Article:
Many essential workers in the pandemic tired of unpredictable, inflexible work schedules.

They're tired of being penalized for taking days off when they're sick or tending to a family emergency. They want a better quality of life.

By contract negotiations, they made their voices heard, threatening a strike that could have brought trains to a halt nationwide on Friday.

Early Thursday morning, after 20 hours of negotiations, the White House announced a tentative agreement had been reached.

Freight railroads and the unions representing more than 100,000 rail workers had been negotiating a contract for several years.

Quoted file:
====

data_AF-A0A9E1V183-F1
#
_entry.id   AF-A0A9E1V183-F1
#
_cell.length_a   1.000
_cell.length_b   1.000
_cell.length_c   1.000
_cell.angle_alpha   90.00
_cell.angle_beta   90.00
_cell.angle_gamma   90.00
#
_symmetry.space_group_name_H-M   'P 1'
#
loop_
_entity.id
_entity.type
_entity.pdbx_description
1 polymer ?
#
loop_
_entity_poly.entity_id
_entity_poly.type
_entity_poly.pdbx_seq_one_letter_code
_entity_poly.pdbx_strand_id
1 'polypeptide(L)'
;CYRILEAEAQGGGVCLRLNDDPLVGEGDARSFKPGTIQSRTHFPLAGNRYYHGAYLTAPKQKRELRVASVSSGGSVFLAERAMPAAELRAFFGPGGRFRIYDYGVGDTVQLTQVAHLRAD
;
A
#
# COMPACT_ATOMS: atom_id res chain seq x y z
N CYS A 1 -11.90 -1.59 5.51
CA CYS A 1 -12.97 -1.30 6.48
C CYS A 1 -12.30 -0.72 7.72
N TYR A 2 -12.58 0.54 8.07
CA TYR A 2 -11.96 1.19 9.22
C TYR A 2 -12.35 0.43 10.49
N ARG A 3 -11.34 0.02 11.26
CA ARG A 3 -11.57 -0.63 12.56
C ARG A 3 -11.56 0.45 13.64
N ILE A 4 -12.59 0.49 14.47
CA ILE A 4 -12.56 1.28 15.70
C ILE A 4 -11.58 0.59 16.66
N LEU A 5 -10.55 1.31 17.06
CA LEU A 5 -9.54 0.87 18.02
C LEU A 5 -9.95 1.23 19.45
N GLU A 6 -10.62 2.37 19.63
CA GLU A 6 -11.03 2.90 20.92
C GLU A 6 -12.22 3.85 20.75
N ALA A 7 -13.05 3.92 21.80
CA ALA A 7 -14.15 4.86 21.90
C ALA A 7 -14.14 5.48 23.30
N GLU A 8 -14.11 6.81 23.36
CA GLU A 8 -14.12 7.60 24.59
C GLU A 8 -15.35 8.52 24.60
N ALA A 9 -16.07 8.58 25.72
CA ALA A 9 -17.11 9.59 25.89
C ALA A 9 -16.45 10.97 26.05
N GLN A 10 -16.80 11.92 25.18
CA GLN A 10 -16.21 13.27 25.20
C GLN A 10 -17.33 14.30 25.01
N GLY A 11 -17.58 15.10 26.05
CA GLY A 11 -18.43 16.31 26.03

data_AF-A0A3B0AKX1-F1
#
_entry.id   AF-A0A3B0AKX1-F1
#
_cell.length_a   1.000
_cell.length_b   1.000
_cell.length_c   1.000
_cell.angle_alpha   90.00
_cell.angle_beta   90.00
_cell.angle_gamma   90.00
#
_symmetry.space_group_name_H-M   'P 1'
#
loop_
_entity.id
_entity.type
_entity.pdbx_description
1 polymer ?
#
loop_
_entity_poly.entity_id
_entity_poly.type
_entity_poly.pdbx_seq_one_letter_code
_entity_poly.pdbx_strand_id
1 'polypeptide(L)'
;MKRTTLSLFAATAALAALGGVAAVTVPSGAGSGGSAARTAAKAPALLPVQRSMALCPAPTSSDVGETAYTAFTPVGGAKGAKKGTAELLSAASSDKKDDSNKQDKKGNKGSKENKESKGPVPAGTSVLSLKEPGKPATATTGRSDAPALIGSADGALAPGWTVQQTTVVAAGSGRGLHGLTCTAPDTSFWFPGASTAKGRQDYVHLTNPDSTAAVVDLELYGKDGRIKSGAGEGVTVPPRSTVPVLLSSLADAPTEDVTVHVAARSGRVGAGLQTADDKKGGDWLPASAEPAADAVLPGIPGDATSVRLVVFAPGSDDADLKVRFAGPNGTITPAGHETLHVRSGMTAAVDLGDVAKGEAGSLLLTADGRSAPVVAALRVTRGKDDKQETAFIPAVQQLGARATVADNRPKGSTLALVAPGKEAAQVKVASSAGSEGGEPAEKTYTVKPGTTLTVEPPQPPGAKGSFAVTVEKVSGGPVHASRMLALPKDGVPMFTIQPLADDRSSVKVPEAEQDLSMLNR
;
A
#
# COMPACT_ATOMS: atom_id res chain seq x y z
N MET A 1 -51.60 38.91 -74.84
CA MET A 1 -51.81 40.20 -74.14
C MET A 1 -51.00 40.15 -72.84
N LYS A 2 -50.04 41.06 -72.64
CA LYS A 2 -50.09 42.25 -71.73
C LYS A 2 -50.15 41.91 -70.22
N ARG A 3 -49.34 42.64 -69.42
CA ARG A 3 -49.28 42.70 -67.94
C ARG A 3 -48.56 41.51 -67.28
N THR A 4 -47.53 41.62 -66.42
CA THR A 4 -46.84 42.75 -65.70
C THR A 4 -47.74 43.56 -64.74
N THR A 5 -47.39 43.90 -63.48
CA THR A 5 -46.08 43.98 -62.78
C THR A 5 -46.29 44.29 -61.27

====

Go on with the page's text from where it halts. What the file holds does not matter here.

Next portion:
President Biden recommended a compromise over the summer that would give workers a 24% increase in wages.

Both the unions and the railroad companies essentially agreed to the board's economic proposals.

But until early Thursday, there remained one major sticking point: a workplace attendance policy that the unions call draconian.

The unions had sought a change to the policy to ensure that workers can take time off to tend to medical needs when necessary, without fear of discipline.

A spokesperson for the Labor Department said it "balances the needs of workers, businesses, and our nation's economy."